A former Cedarville police chief who was fired from his position last week without notice is still in shock, he said.
Mark Gentry, who was hired in mid-August as Cedarville chief of police, is “shocked” and “surprised” after Mayor Glenanna O’Mara unceremoniously fired him during a meeting Oct. 2, he said.
Six other officers - four reserve and two part-time - chose to leave after Gentry was fired.
“I’m just numb about the whole thing; I couldn’t believe it,” Gentry said.
O’Mara fired him without warning and gave no reason for his termination, he said.
“She said it would probably be better if I didn’t know,” Gentry said, calling the statement “mysterious.”
Gentry was most surprised, he said, because he felt things were going well at the department. They were close to reaching a goal of “24-7” coverage for the city with certified officers, something he said is now “way out of reach.”
Gentry also had been speaking with Cedarville school officials about creating a position for a school resource officer directly before meeting with the mayor on the day he was fired, he said.
“We were making improvements, and the mayor had been bragging on me up to that day,” Gentry said.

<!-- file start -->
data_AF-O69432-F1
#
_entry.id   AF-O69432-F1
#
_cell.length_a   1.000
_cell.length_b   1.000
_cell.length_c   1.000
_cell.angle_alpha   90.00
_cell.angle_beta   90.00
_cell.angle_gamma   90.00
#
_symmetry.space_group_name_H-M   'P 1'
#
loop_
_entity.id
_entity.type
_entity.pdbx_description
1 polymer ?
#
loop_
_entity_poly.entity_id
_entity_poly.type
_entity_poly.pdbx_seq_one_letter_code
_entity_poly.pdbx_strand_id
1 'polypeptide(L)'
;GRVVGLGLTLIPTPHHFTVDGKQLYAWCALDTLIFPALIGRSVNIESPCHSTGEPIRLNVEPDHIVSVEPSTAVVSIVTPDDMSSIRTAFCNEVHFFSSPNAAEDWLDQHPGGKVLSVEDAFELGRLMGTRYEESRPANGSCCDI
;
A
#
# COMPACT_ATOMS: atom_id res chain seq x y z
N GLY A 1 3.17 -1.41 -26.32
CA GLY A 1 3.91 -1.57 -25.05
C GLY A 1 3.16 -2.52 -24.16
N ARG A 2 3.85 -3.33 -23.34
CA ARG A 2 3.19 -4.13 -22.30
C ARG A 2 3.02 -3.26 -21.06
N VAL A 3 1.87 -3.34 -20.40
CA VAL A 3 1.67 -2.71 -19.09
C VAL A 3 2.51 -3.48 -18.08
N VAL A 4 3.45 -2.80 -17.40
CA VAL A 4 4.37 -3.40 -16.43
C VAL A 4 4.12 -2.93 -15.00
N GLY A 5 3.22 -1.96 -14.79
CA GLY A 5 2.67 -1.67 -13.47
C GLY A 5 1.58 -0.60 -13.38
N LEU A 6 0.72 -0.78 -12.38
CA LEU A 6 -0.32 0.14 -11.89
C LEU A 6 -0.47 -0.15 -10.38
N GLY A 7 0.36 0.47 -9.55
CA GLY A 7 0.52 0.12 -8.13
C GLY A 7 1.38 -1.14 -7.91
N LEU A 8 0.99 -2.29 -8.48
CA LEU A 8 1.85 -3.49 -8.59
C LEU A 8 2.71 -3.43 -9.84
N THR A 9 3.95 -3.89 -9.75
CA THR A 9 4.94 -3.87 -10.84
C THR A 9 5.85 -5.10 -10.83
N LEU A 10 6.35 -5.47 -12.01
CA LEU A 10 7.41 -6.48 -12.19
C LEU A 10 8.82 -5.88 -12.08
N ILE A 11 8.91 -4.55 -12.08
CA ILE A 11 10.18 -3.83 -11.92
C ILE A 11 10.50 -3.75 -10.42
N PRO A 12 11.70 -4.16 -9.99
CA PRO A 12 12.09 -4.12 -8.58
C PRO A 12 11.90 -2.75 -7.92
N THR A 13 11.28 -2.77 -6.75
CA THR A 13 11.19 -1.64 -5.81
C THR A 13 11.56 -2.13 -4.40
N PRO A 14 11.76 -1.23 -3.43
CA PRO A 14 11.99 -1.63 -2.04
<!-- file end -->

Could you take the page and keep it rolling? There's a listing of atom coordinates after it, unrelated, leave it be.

When asked about the firing, O’Mara said it was a personnel issue within the city and could not be discussed, but added that Gentry had done “no wrongdoing of any kind in the department.”
O’Mara noted that Arkansas is an “at will” employment state, and neither employers and employees are required to give notice for terminations or resignations. The decision was discussed by all city council members, O’Mara said. She did not say if all agreed with the firing.
Though fired as chief, Gentry also gave his resignation from the Cedarville Police Department as an officer, he said.
“She didn’t want me to be chief, so I felt my effectiveness as a police officer was over,” Gentry said.
With the six other officers leaving, only one reserve officer and one part-time officer remain on duty. They have been under the supervision of the Crawford County Sheriff’s Department, which, along with the State Highway Department, has been acting as backup for the Cedarville officers, O’Mara said.
“There was never a lapse in safety coverage” in the city, O’Mara said.
Before being hired as chief in August, Gentry had been acting chief since former chief David Goss stepped down June 10 while struggling to recover from neck surgery.
At the time, O’Mara said Gentry was chosen “for the continuity and the stability of the police department.”
Gentry had been with the CPD since September 2012 and has more than 31 combined years in law enforcement.
Gentry plans to focus on his work at Cornerstone Bible Center, where he has been pastor for the past 12 years, he said. He is not “digging any more into” the reason he was fired, “though with others looking into it more may come out later,” he said.
A new chief, Joe Johnson, has been selected to replace Gentry, O’Mara said. Though Johnson was not available for comment, O’Mara said his paperwork should be processed this week. City officials also are looking over applications for new reserve officers, she said.
O’Mara said there is no “ill will” toward Gentry or any of the officers who resigned.